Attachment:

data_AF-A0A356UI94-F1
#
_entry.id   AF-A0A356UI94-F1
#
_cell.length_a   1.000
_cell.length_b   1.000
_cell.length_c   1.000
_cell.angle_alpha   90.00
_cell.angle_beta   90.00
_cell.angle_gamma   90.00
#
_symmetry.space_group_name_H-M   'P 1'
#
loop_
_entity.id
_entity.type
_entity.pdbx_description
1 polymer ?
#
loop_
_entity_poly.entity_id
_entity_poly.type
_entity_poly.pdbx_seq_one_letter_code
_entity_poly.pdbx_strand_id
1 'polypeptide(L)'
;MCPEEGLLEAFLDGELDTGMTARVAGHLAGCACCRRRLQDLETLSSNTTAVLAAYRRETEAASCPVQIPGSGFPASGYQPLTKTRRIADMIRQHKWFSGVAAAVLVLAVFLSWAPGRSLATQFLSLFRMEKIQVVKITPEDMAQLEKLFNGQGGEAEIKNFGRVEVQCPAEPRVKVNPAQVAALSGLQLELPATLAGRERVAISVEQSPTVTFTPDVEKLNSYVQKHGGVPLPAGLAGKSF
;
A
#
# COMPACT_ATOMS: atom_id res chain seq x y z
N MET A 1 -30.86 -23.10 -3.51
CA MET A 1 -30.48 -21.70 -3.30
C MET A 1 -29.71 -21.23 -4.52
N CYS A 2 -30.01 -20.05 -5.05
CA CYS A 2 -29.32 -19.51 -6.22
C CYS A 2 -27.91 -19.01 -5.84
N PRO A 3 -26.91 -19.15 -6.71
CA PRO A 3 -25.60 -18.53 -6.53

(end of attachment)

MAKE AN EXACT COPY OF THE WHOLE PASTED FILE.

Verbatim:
data_AF-A0A356UI94-F1
#
_entry.id   AF-A0A356UI94-F1
#
_cell.length_a   1.000
_cell.length_b   1.000
_cell.length_c   1.000
_cell.angle_alpha   90.00
_cell.angle_beta   90.00
_cell.angle_gamma   90.00
#
_symmetry.space_group_name_H-M   'P 1'
#
loop_
_entity.id
_entity.type
_entity.pdbx_description
1 polymer ?
#
loop_
_entity_poly.entity_id
_entity_poly.type
_entity_poly.pdbx_seq_one_letter_code
_entity_poly.pdbx_strand_id
1 'polypeptide(L)'
;MCPEEGLLEAFLDGELDTGMTARVAGHLAGCACCRRRLQDLETLSSNTTAVLAAYRRETEAASCPVQIPGSGFPASGYQPLTKTRRIADMIRQHKWFSGVAAAVLVLAVFLSWAPGRSLATQFLSLFRMEKIQVVKITPEDMAQLEKLFNGQGGEAEIKNFGRVEVQCPAEPRVKVNPAQVAALSGLQLELPATLAGRERVAISVEQSPTVTFTPDVEKLNSYVQKHGGVPLPAGLAGKSF
;
A
#
# COMPACT_ATOMS: atom_id res chain seq x y z
N MET A 1 -30.86 -23.10 -3.51
CA MET A 1 -30.48 -21.70 -3.30
C MET A 1 -29.71 -21.23 -4.52
N CYS A 2 -30.01 -20.05 -5.05
CA CYS A 2 -29.32 -19.51 -6.22
C CYS A 2 -27.91 -19.01 -5.84
N PRO A 3 -26.91 -19.15 -6.71
CA PRO A 3 -25.60 -18.53 -6.53